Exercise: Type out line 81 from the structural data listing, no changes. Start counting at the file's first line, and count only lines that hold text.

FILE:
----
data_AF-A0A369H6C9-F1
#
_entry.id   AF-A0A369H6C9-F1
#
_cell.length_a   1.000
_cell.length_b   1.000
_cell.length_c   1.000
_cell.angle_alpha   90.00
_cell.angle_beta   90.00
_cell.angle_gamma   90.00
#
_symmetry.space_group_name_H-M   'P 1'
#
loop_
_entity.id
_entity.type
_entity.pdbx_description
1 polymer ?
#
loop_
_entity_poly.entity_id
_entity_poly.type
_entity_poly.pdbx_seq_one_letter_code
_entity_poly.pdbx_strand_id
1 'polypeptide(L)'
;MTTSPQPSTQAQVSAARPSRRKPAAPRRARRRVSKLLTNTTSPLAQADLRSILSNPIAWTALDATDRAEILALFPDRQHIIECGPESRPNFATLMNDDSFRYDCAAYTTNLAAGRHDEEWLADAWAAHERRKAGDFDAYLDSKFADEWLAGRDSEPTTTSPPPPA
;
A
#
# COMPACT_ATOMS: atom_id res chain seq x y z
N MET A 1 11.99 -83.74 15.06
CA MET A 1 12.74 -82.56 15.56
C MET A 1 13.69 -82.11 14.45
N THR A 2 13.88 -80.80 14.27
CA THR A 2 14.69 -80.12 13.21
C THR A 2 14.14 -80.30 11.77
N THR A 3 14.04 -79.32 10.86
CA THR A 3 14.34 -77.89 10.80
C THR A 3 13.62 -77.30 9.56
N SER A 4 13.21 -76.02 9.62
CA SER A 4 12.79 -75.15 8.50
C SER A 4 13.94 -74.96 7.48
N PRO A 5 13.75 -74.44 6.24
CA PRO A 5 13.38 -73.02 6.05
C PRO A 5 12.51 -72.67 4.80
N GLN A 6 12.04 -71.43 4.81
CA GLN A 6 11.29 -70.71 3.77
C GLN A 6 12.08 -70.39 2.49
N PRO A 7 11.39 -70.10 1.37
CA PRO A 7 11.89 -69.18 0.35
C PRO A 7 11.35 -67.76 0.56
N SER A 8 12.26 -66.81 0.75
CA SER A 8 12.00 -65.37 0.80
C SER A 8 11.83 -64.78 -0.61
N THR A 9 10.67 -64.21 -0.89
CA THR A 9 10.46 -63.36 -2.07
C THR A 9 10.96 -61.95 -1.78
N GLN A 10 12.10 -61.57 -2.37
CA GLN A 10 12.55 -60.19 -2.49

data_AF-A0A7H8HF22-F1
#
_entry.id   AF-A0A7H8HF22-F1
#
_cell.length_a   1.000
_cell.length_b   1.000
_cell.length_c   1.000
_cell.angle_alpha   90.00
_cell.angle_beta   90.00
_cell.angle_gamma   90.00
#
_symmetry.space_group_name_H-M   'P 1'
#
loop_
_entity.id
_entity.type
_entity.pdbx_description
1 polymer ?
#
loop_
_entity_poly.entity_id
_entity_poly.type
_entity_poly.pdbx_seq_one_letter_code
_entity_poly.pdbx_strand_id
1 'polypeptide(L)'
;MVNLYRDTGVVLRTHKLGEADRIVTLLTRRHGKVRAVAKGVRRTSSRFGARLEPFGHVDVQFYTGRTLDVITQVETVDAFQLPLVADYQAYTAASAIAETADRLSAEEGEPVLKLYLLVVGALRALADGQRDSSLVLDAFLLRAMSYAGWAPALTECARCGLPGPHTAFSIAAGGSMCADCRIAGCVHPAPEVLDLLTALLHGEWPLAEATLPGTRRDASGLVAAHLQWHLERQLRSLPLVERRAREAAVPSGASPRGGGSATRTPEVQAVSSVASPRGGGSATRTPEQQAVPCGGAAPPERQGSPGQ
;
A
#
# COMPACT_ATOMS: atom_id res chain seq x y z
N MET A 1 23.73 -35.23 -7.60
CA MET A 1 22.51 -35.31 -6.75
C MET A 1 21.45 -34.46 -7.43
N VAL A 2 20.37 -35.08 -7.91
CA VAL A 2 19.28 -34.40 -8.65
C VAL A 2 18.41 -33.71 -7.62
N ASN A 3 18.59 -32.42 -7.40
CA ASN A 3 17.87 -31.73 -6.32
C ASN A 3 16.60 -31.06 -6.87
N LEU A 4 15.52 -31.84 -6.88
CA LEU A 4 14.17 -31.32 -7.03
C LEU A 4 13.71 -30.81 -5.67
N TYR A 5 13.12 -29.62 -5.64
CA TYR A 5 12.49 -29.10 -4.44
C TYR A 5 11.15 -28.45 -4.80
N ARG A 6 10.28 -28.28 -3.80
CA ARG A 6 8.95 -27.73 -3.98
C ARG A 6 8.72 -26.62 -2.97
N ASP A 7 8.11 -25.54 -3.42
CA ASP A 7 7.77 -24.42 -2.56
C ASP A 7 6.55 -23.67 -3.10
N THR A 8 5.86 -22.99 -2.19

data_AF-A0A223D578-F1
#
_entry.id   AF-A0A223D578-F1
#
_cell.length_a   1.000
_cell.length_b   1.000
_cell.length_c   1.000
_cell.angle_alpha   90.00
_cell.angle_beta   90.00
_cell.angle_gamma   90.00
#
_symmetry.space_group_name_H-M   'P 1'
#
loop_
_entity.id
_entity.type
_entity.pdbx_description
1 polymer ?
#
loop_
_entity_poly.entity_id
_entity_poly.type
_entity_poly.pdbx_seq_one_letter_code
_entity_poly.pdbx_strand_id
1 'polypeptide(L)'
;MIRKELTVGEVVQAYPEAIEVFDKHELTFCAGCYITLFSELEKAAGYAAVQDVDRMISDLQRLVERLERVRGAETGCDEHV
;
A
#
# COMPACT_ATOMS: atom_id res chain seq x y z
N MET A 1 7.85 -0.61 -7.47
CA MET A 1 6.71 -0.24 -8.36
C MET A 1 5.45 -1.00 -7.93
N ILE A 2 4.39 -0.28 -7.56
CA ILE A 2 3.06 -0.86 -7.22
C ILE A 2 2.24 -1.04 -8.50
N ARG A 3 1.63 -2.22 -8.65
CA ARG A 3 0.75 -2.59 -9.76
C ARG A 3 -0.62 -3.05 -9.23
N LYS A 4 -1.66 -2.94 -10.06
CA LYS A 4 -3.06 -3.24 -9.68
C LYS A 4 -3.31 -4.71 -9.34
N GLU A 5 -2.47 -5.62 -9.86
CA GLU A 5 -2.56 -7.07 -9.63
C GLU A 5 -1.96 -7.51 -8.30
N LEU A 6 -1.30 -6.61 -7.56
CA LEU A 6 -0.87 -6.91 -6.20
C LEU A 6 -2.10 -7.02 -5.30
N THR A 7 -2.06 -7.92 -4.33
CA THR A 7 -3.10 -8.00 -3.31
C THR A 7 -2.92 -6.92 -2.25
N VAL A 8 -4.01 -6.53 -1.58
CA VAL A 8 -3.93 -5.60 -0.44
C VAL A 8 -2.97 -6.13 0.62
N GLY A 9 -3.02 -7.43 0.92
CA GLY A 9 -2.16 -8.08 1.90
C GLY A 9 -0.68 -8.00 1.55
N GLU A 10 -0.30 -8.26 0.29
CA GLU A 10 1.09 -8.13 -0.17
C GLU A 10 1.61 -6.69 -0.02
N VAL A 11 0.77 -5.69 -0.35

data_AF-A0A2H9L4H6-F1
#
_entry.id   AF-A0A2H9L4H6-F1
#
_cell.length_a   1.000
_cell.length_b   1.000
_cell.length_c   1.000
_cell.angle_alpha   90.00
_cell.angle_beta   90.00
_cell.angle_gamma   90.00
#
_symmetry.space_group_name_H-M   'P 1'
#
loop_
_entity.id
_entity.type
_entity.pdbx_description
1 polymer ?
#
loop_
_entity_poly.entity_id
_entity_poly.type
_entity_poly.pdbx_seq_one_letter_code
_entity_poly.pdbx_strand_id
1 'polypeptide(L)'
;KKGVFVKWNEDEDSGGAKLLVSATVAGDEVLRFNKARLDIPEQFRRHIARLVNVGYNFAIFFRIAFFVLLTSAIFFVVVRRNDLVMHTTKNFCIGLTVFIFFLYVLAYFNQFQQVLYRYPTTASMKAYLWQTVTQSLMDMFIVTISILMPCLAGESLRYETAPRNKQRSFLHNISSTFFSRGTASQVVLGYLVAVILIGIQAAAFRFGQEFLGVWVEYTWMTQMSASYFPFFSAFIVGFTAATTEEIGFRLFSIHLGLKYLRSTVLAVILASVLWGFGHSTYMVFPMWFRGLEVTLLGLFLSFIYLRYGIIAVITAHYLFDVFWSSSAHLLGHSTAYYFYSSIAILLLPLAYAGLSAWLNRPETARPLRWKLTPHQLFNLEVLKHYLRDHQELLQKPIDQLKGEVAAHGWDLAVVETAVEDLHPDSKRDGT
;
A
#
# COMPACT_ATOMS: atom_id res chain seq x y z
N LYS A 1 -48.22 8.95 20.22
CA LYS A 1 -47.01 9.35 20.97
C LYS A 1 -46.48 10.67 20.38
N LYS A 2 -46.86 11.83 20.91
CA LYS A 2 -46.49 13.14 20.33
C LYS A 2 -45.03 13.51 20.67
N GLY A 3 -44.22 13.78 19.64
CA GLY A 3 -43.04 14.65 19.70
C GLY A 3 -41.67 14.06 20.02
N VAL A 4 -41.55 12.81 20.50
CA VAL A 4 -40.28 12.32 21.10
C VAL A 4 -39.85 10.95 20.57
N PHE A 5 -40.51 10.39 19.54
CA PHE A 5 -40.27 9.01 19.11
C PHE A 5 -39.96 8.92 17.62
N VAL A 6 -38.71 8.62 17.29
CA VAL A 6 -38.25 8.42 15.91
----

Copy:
_entity_poly.type